In the old days, when you had to turn a dial to tune to a radio station, it was a surefire way to know you’d landed on 1060. The clatter of a teletype machine, connected to a wire service. Connecting Philadelphia to the world of news, printed a word per second or so, pages ripped off by entry-level copy boys and rushed to the editor's desk.
In truth, on Day 1 of KYW Newsradio, and for a short time after Sept. 21, 1965, there was no clacking behind the anchor. But it eventually became a sound synonymous with Newsradio.
For a lot of people, it’s up there with "all public and parochial schools are closed," since the ticker would be playing under those long lists of school closing numbers. A soundtrack to your snow day.
It sounded like time marching. Calamity, catastrophe could and would happen, and the ticker would keep on ticking. As if to say: we carry on. Because the news already has.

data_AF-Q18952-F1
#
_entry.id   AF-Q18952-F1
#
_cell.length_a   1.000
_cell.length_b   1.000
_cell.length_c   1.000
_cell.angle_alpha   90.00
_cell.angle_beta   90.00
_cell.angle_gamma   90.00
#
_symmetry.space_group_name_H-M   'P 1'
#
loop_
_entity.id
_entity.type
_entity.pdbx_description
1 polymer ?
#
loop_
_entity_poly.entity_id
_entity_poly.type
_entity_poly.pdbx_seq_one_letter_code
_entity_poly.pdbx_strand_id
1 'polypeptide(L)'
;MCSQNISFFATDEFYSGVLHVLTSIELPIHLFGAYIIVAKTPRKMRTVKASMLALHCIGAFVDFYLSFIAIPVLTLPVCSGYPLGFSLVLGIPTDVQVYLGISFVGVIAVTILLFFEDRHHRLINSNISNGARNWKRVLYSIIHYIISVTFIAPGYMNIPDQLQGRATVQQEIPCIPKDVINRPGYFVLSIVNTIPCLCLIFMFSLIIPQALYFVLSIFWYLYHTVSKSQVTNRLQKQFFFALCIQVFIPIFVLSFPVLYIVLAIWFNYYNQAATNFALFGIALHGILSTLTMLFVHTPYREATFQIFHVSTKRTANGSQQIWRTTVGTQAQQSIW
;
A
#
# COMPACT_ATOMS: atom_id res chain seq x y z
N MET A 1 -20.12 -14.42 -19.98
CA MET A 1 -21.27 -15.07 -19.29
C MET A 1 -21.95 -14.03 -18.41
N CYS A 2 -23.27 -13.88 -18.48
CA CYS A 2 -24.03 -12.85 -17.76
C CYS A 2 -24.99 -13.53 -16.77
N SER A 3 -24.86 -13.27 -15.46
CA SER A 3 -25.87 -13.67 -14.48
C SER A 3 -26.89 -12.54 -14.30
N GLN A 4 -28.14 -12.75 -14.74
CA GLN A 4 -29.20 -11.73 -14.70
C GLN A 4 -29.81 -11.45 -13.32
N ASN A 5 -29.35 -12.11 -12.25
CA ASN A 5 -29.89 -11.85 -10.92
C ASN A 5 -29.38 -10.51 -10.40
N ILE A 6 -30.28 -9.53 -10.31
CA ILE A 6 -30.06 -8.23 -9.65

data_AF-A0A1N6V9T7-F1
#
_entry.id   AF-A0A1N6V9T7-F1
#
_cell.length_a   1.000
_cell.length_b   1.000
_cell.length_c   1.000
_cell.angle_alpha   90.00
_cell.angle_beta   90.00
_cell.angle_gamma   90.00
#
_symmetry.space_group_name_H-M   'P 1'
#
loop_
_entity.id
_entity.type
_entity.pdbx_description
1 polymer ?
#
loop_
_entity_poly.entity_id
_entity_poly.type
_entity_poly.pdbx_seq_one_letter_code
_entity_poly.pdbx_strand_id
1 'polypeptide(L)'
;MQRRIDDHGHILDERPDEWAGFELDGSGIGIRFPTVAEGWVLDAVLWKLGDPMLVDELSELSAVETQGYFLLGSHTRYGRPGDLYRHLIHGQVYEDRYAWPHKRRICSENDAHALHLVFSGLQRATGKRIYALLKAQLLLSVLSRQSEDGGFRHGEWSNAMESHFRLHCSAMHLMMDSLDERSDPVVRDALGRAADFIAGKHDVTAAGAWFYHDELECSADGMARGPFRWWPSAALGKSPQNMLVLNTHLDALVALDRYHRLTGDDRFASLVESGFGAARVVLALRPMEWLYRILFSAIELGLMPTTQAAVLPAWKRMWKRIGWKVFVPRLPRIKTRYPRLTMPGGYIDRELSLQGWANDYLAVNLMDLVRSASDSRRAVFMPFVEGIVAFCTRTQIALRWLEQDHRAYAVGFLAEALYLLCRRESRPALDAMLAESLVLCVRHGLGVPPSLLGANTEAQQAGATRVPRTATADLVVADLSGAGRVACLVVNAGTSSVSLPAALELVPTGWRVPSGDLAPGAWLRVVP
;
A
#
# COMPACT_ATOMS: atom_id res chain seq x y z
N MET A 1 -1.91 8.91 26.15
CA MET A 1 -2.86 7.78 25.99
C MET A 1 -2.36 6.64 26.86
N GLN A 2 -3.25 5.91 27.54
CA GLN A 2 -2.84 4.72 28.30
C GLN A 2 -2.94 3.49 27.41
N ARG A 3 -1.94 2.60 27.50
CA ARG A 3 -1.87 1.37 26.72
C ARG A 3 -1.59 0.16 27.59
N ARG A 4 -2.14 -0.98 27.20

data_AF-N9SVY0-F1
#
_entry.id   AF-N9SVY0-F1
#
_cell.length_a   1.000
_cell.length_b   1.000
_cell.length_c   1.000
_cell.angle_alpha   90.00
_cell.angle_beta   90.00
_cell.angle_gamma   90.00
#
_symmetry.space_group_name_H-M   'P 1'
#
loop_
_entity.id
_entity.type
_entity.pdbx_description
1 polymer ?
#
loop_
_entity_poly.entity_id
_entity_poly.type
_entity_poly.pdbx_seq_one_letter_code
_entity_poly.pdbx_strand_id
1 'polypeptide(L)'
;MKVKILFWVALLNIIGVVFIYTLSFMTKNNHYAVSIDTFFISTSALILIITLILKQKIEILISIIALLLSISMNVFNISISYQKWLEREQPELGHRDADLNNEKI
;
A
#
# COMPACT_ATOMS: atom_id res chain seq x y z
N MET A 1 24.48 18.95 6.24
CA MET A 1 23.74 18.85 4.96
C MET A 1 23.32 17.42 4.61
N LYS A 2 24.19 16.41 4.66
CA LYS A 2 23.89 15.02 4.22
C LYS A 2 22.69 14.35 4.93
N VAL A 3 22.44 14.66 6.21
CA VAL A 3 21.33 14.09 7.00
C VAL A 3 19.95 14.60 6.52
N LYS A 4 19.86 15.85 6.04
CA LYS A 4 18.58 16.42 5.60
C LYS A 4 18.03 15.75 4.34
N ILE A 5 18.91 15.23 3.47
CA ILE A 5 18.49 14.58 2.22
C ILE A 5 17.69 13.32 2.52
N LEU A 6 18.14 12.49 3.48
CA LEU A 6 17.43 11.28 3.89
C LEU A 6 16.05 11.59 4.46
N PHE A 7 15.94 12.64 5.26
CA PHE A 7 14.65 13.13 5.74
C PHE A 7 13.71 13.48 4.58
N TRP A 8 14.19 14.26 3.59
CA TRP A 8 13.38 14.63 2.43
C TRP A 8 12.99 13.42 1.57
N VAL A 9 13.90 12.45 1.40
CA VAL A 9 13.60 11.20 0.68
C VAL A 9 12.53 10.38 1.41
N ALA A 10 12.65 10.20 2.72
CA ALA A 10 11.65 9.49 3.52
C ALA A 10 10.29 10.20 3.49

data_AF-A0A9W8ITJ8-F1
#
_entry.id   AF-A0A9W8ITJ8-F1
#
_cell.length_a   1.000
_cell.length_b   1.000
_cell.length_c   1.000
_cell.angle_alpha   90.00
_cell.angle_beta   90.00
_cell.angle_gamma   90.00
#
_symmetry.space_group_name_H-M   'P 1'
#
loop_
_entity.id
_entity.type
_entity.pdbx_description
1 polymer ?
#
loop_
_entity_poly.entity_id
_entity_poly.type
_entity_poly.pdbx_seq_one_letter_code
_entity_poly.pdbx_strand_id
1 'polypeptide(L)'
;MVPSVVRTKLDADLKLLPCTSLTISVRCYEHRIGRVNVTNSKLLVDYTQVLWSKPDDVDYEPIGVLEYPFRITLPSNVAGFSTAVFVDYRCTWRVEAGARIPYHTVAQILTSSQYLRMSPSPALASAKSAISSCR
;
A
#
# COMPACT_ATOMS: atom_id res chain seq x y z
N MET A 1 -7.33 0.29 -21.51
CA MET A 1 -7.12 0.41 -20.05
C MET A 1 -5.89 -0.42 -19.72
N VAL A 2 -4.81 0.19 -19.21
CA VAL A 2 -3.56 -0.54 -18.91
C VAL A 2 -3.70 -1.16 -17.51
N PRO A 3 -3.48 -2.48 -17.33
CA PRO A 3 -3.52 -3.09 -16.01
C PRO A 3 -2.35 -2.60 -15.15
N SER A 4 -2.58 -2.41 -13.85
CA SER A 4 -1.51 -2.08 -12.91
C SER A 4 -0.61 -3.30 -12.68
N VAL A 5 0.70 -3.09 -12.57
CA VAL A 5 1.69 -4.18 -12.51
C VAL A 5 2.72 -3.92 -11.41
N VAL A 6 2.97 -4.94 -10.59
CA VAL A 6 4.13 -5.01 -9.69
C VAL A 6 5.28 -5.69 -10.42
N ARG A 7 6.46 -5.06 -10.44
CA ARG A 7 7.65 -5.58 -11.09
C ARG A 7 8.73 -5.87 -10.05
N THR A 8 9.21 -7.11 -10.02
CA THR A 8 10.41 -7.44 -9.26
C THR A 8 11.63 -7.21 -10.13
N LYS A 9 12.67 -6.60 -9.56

Much like technology.
Sluggish teletype machines gave way to speedier dot matrix printers in the early 1980s. But KYW Newsradio kept running a recording of that iconic sound, first off tape, later from a USB stick, and finally an SD card.
Despite a persistent but false Philly legend about "that one time it disappeared," that cool clack-clack-clack always let you know the mic was hot.
Hey, we get it, we’re Philadelphians, too. Santa deserved the snowballs. We don’t eat cheesesteaks for every meal. Our institutions are fine the way they are, thank you very much.
But some change is not just for its own sake.
The teletype sound was like an imaginary friend. Comforting. Constant. But, in the end, make-believe — and a relic of another age.
And so, a tip of the cap to the ticker — which lives on as a downloadable MP3 below.
Hope that clears the air.